Studio Reproduction (Part 1)
PART 1: In the first installment of this two-part feature, we take a look behind the scenes at the design, development and construction of a modern day professional recording studio.
In this two-part feature, we take a look behind the scenes at the design, development and construction of a modern day professional recording studio.
Building a recording studio in the climate of today's music business can mean a lot of different things to a lot of different people. From a £10,000 writing suite to a multi-million pound, multi-media studio complex, the essential requirements are the same: 'somewhere to record'. But before the 'where' of the problem can be addressed, the 'why' has to be an absolute certainty.
Studios are built for a variety of reasons, with the marketplace for their services having changed considerably over the last ten years. The economics and logistics of running a studio, irrespective of size or type, have to be researched and planned to the nth degree prior to laying a single brick, or buying the first reel of tape. Reproduction's reason for building a studio was relatively simple and straightforward - they desperately needed one!
Established in London three years ago as a music production and management company, Reproduction was founded by a team of three writers and producers. Initially formed to work on club remix projects, the organisation soon expanded its scope to include original material for new artists.
Credited on productions as Jolley-Harris-Jolley, the team comprises Anna Jolley, Brian Harris and Mark Jolley, who have now launched their own record label specialising in one-off releases. Current output from Reproduction includes work for artists such as Reid (EMI), Shirley Lewis (A&M), Candy McKenzie (Chrysalis) and new star Jonelle, and a track from the Jolley-Harris-Jolley stable was featured in the Bob Hoskins' film Mona Lisa.
During the summer of 1988, Reproduction took the decision to build a studio of their own, as they were taking so much equipment from session to session that the situation was getting a little out of hand. The final tally involved their own engineer and tape-op, keyboards and associated peripherals, a vast selection of outboard gear and their own mid-level monitoring system.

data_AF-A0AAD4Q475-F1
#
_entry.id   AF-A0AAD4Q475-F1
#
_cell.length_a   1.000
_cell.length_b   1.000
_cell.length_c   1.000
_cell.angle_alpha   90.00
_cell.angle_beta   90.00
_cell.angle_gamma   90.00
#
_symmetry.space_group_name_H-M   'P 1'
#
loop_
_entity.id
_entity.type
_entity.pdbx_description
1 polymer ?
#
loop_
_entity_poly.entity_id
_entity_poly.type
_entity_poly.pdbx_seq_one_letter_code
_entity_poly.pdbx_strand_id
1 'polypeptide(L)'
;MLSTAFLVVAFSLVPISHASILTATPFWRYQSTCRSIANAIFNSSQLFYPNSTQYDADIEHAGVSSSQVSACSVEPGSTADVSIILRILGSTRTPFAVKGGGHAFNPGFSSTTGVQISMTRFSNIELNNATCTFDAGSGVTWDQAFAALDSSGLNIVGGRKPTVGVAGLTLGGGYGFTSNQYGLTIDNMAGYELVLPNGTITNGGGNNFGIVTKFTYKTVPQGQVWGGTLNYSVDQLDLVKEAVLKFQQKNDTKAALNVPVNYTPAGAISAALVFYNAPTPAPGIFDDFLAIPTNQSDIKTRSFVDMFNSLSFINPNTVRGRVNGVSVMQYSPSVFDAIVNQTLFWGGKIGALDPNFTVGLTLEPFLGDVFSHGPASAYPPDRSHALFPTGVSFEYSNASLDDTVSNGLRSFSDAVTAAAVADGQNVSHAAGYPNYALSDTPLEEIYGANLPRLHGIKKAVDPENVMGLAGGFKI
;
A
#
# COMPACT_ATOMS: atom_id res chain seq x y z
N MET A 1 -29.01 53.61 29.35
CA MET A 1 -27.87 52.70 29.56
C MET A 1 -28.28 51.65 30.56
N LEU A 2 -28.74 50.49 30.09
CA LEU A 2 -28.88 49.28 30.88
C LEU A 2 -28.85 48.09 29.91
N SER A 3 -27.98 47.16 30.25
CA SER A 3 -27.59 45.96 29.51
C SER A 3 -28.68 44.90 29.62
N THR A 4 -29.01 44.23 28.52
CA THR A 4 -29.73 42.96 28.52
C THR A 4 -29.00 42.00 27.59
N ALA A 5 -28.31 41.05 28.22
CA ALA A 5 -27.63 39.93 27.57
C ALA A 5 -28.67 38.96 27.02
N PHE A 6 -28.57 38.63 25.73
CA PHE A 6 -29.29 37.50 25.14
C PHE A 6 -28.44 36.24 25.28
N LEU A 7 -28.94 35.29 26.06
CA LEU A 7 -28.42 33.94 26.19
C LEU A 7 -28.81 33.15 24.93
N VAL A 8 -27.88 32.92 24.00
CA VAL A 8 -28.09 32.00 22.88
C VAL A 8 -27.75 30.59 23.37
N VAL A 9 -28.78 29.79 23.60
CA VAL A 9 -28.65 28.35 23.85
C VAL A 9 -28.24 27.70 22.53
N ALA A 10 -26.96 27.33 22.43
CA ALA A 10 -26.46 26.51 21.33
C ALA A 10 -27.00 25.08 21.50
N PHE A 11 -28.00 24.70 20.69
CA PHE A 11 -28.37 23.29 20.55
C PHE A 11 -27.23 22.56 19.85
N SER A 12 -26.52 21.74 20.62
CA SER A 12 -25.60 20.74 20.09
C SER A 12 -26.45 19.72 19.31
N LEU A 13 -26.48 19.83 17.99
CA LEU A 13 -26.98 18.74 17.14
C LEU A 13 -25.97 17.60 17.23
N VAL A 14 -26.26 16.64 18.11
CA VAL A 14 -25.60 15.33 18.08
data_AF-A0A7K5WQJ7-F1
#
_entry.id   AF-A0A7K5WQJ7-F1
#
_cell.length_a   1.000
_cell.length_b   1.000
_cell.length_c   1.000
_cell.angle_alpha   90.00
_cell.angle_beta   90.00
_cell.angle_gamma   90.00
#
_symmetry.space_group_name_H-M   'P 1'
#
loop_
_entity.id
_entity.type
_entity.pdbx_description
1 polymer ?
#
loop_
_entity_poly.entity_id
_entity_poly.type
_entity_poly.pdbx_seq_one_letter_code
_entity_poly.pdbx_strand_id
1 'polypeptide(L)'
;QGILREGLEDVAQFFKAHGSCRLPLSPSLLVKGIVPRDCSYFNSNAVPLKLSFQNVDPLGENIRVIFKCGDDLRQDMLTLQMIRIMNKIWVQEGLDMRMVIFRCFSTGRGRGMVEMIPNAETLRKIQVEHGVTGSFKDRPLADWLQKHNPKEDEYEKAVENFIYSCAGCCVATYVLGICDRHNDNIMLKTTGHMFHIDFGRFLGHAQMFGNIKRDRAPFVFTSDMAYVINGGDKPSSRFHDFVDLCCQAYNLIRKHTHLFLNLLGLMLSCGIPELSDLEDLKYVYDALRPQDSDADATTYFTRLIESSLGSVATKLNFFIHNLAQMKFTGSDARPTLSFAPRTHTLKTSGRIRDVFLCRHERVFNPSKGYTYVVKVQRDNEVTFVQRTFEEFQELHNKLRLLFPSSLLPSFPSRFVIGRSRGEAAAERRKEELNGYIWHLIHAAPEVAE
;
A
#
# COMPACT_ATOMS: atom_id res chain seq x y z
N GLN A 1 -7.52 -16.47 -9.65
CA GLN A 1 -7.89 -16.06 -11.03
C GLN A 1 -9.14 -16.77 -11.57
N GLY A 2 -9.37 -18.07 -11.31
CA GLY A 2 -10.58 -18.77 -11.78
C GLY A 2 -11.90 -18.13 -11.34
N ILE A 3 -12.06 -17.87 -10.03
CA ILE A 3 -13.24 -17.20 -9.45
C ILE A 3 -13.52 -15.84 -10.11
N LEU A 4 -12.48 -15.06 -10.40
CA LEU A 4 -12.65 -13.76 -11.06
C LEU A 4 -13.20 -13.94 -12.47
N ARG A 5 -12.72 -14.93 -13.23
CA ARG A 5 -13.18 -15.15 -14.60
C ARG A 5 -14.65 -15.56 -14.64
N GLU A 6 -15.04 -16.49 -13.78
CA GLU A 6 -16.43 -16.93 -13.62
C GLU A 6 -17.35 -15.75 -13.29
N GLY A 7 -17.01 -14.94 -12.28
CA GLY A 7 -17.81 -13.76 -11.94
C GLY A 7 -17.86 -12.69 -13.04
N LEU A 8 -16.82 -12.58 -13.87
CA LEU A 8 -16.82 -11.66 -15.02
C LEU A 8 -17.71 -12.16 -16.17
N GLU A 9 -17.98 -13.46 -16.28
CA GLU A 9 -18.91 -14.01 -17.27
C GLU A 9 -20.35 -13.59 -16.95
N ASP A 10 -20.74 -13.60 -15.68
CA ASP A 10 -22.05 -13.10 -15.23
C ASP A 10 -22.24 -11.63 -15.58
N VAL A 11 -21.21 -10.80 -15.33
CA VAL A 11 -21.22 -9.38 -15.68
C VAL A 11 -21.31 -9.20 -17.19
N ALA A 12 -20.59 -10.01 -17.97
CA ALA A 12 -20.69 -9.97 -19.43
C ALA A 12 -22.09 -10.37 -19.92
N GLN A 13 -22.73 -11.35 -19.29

As Mark Jolley said: "Wherever we worked we ended up using the room, the desk and the tape machines, and taking the rest of the studio in with us. From arrival to getting a tape rolling was anything up to three hours each session. Although we were content to book into one studio for months at a time, it was often difficult to find somewhere that would let us have the run of the place for that long. Quite fairly, studios often feel that if any one client is in for too long, the others will look elsewhere and may be a long time coming back."
The solution was obviously a Reproduction studio solely for their own use, and the search for suitable premises began. Various options were looked at as the months went by, but earlier this year they found what seemed the ideal place in Lonsdale Road, London NW6, close to Queens Park. Lease negotiations were put in motion on the late Victorian industrial unit, leaving advice on studio design and on the structure itself to be sought.
"One or two studio design companies had been recommended to us," explained Mark, "and we settled on KFA Associates quite quickly after the initial discussions. Their track record, common sense approach and realistic costings made us feel very comfortable with our decision. We visited a few of KFA's completed projects and were particularly impressed by Battery Studios, which was very close to the type of facility we wanted to create."
The Lonsdale Road premises had 3,000 sq. ft of space, split over two floors, and the overall design brief called for a large control room with overdub booth, leaving spare capacity for a future studio area and programming suite. Office accommodation for several people, along with leisure facilities including a games room, was also a requirement.
The first studio layout plans were drawn up within two days, following a site survey by Mick Fitzgerald of KFA, the turnaround time being greatly assisted by the extensive CAD (computer-aided design) system installed at KFA's factory. Asked to make the control room as large as possible, Mick suggested spinning the room through 90 degrees from its original proposed position, so as to increase the working width. The plans were redrawn, providing for a very large control room with plenty of space for mixing desk, elaborate outboard racking and keyboard plinth.
Maximising the width of the room brought its own problems, largely aesthetic, in that the available ceiling height was now considered too low for the width of the room. Not wishing to compromise the atmosphere of the room, Reproduction asked the obvious question, "OK, can we move the ceiling up?" "Yes," came the answer from KFA, "but we will have to rip out the whole ceiling and first floor structure and re-build it about one metre higher." This involved the virtual gutting of the interior, but KFA's site construction experience helped solve the ensuing structural problems.